Culture and the Court Interpreter

An examination of current literature on dealing with potential intercultural miscommunication in the criminal court


  • Tineke Jannink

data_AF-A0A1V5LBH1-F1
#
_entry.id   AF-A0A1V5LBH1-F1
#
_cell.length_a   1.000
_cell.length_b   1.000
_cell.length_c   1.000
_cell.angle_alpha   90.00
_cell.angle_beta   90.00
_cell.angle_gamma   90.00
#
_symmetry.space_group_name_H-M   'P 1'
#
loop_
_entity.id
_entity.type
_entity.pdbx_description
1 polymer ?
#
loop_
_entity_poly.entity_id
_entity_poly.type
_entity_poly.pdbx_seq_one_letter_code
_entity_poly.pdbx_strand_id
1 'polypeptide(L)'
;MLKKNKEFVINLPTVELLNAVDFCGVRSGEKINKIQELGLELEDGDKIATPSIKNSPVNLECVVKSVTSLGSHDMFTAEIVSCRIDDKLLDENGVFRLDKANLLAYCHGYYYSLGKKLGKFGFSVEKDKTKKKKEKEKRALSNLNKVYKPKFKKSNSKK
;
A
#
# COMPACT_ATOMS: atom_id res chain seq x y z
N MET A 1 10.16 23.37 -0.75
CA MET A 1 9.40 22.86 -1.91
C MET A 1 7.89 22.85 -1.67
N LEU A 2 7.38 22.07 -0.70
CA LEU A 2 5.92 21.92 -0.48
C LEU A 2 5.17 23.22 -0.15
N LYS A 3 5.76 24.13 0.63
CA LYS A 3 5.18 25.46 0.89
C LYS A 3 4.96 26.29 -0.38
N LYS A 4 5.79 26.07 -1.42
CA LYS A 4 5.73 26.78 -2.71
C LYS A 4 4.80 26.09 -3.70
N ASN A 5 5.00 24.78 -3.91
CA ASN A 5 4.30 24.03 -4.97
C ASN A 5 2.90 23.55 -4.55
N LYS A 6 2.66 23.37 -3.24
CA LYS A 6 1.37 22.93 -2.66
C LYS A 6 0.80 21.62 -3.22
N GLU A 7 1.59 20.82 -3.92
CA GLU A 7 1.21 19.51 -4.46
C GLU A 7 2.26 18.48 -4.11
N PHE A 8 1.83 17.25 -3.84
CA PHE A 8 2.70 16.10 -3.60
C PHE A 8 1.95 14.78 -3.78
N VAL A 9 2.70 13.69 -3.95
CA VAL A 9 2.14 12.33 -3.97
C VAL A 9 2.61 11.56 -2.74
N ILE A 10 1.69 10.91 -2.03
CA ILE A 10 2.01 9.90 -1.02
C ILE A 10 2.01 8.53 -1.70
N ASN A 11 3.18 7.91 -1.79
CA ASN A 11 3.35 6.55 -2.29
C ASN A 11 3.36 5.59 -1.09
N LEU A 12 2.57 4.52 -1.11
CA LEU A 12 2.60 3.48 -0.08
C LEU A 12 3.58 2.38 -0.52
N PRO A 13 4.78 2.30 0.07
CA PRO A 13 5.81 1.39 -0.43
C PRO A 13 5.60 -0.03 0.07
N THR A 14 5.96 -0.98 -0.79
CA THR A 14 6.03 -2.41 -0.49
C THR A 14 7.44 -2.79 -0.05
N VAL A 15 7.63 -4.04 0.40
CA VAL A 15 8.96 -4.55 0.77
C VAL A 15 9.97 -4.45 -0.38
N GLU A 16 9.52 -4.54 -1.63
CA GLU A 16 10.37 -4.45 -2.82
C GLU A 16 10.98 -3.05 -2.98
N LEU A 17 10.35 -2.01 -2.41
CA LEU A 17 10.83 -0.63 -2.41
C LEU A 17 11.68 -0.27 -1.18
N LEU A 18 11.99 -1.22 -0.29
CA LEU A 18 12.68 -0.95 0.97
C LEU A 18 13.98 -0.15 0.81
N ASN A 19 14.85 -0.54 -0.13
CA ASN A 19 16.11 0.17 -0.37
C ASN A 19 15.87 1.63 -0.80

In New Zealand, interpreters provide ‘vital services for nearly 10,000 hearings a year in more than 150 languages’ (Ministry of Justice chief operating officer, Carl Crafer according to Nichols, 2021). Despite this, the Ministry of Justice Guidelines for Interpreters (Ministry of Justice, 2021) (‘MOJ Guidelines’) provide very limited guidance on how court interpreters are expected to approach issues related to potential intercultural miscommunication. In this paper, I use the phrase ‘potential intercultural miscommunication’ to mean the possibility of otherwise unrecognised interpersonal misunderstandings occurring, due to differing customs, norms, and behaviours. This paper aims to examine the potential for such undetected intercultural miscommunications to occur in the criminal court, the impact they can have and what obligations, if any, should be placed on court interpreters and judges when such issues arise.


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